11. Build your team on your company culture. It’s tough to know if someone is the right hairstylist for our salon when I’m hiring. But I want to have an environment that’s nurturing, enthusiastic, kind and non-competitive among staff members. We are all trying to lift each other up because the success of everyone is important.—Michelle Pargee, Milica SalonSpa, Langley, B.C.
12. Having monthly team meetings, where we talk about what is going on in the salon, is important. We always start off our team meetings with each person sharing something positive they are working on and a piece of good news, personal or professional. —Dana Lyseng, Supernova, Salon, North Vancouver, B.C.
13. Give your staff ownership of what they are doing. We need to help them develop and invest in their career. I lead by example: I’ll sweep the floors, and when my staff have a client I’ll help them out. —Michael Crispel, Earth Salon, Toronto
Make room for education
14. My staff are mandated to take at least two courses a year, to maintain a passion for the business and the brand. The bottom line might be the same but I have happier people and a better-quality product. You can’t expect the world out of people if you don’t invest in them. —Michael Crispel, Earth Salon, Toronto
15. Sometimes I’ll push staff into getting started with photo shoots by helping out with the photography. By doing this, it gives them a start. And as they progress, I try to find ways to help with photographers and models. —Tony Ricci, Ricci Hair Co., Edmonton
16. As an owner, it is an obligation to get the younger staff members involved. Sometimes that means putting in a lot of added work, but I want to give back to the industry that has been great to me. I think it’s important to create and build that legacy. —Roshan Arul and Alann Sluser, KoKo the Salon, Edmonton
17. Generational management is an art form. I think some of the best workers are in their 40s and 50s. They are the ones most likely to help out, and they were just taught to do things. Younger ones are looking to build their clientele, to be inspired, and the simplicity of recognition goes a long way. I think that many young people want to be valued and appreciated, and they need to make time to do it. —Michelle Pargee, Milica SalonSpa, Langley, B.C.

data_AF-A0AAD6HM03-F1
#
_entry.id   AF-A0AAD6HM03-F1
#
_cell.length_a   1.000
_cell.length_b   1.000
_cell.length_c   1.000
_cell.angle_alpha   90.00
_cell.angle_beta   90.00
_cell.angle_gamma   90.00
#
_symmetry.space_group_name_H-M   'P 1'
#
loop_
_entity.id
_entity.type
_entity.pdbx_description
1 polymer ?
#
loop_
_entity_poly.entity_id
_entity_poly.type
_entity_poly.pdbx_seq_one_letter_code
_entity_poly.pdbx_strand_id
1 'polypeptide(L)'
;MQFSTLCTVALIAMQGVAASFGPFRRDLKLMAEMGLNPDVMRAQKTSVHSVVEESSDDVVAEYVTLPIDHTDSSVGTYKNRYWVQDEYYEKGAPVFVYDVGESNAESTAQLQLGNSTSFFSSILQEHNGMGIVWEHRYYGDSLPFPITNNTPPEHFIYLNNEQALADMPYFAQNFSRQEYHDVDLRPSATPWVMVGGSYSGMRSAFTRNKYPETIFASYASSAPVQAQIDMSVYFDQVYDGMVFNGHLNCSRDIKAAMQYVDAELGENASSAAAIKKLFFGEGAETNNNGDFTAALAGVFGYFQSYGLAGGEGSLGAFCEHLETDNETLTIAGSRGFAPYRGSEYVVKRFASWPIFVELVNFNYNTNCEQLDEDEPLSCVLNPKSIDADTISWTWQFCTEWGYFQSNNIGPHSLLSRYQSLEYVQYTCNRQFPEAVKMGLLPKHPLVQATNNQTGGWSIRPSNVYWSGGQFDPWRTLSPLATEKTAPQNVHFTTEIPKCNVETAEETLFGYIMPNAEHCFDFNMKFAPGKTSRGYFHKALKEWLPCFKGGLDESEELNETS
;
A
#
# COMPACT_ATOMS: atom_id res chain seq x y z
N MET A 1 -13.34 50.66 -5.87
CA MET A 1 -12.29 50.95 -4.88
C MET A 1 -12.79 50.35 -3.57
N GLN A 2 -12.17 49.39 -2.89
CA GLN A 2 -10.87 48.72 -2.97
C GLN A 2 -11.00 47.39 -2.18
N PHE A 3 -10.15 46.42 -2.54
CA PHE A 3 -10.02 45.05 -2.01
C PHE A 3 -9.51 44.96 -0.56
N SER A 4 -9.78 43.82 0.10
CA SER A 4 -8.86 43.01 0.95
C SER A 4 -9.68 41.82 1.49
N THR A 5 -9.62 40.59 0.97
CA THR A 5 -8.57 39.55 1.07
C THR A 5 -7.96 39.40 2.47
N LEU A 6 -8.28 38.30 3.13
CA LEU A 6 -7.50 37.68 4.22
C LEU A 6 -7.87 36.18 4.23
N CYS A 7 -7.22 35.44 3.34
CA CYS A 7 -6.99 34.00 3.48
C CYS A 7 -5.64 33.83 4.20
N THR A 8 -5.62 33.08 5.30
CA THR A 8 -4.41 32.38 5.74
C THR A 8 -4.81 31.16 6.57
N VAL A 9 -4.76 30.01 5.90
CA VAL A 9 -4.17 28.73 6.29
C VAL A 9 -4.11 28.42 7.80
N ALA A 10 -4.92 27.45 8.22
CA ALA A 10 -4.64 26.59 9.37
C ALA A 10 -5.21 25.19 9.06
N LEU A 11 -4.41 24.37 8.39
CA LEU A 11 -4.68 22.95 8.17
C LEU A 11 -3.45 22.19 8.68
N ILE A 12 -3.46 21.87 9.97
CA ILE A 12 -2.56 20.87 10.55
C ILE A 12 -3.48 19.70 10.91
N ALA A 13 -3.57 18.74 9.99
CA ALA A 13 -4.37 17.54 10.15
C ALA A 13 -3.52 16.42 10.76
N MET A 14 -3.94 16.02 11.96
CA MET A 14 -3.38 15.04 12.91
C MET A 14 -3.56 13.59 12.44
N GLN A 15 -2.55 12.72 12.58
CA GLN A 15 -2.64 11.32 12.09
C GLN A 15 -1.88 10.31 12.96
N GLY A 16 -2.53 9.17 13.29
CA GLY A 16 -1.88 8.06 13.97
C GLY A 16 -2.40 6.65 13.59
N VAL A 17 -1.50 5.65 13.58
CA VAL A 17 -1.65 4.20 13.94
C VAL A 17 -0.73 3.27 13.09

18. I have found that our more mature clients are looking to go to younger stylists. You don’t always need 15 years of experience, you need a terrific personality, too. —Carolyn Fowler, Salon Utopia, Windsor, Ont.
Finding the perfect balance
19. When it comes to vacation, I seldom say no. If they can make sure that their shifts are covered, I think it’s about having a mutual respect for each other. When people have been there for five years, I’m a little more lenient. They have to earn a living but have a life, too, and I find they usually come back and work more effectively having had that time away. —Tony Ricci, Ricci Hair Co., Edmonton
20. It’s all about time management. Let clients know in advance if certain staff will be on holidays when they are booking their next appointment. At that point there’s often enough time to either push their appointments back a week or up a week to accommodate for their hairstylist being on holidays. —Michael Crispel, Earth Salon, Toronto